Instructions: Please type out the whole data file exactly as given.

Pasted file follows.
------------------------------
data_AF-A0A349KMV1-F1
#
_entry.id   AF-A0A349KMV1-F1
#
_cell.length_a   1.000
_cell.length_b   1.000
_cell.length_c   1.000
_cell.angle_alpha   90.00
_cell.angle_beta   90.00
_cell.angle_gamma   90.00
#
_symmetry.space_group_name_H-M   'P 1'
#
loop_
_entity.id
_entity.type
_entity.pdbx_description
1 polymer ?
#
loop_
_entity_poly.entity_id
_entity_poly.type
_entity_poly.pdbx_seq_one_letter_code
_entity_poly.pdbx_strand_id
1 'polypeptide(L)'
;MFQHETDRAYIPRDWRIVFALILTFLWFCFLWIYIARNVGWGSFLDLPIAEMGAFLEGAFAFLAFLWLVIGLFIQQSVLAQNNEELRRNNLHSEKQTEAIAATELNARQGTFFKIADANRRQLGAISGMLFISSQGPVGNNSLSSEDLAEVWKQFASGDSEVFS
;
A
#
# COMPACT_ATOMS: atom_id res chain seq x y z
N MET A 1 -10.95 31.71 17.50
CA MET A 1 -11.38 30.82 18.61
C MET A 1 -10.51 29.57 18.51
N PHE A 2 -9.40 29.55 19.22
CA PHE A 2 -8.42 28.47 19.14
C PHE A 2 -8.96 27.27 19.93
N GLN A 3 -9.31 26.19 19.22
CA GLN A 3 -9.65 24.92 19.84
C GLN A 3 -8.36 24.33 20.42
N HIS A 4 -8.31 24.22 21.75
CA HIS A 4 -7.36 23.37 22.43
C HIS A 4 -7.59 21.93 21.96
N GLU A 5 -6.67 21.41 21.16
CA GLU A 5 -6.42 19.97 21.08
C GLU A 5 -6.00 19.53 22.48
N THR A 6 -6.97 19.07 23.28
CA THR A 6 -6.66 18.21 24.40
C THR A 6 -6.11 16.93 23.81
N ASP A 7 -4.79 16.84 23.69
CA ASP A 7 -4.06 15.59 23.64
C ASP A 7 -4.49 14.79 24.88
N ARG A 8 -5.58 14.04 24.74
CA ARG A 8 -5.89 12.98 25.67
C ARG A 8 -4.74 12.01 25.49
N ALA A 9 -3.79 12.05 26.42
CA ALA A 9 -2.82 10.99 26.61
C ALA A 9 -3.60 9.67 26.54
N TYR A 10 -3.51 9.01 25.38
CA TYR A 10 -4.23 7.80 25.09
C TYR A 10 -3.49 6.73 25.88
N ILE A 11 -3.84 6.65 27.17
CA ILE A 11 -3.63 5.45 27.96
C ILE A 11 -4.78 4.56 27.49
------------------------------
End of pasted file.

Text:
data_AF-A0A349KMV1-F1
#
_entry.id   AF-A0A349KMV1-F1
#
_cell.length_a   1.000
_cell.length_b   1.000
_cell.length_c   1.000
_cell.angle_alpha   90.00
_cell.angle_beta   90.00
_cell.angle_gamma   90.00
#
_symmetry.space_group_name_H-M   'P 1'
#
loop_
_entity.id
_entity.type
_entity.pdbx_description
1 polymer ?
#
loop_
_entity_poly.entity_id
_entity_poly.type
_entity_poly.pdbx_seq_one_letter_code
_entity_poly.pdbx_strand_id
1 'polypeptide(L)'
;MFQHETDRAYIPRDWRIVFALILTFLWFCFLWIYIARNVGWGSFLDLPIAEMGAFLEGAFAFLAFLWLVIGLFIQQSVLAQNNEELRRNNLHSEKQTEAIAATELNARQGTFFKIADANRRQLGAISGMLFISSQGPVGNNSLSSEDLAEVWKQFASGDSEVFS
;
A
#
# COMPACT_ATOMS: atom_id res chain seq x y z
N MET A 1 -10.95 31.71 17.50
CA MET A 1 -11.38 30.82 18.61
C MET A 1 -10.51 29.57 18.51
N PHE A 2 -9.40 29.55 19.22
CA PHE A 2 -8.42 28.47 19.14
C PHE A 2 -8.96 27.27 19.93
N GLN A 3 -9.31 26.19 19.22
CA GLN A 3 -9.65 24.92 19.84
C GLN A 3 -8.36 24.33 20.42
N HIS A 4 -8.31 24.22 21.75
CA HIS A 4 -7.36 23.37 22.43
C HIS A 4 -7.59 21.93 21.96
N GLU A 5 -6.67 21.41 21.16
CA GLU A 5 -6.42 19.97 21.08
C GLU A 5 -6.00 19.53 22.48
N THR A 6 -6.97 19.07 23.28
CA THR A 6 -6.66 18.21 24.40
C THR A 6 -6.11 16.93 23.81
N ASP A 7 -4.79 16.84 23.69
CA ASP A 7 -4.06 15.59 23.64
C ASP A 7 -4.49 14.79 24.88
N ARG A 8 -5.58 14.04 24.74
CA ARG A 8 -5.89 12.98 25.67
C ARG A 8 -4.74 12.01 25.49
N ALA A 9 -3.79 12.05 26.42
CA ALA A 9 -2.82 10.99 26.61
C ALA A 9 -3.60 9.67 26.54
N TYR A 10 -3.51 9.01 25.38
CA TYR A 10 -4.23 7.80 25.09
C TYR A 10 -3.49 6.73 25.88
N ILE A 11 -3.84 6.65 27.17
CA ILE A 11 -3.63 5.45 27.96
C ILE A 11 -4.78 4.56 27.49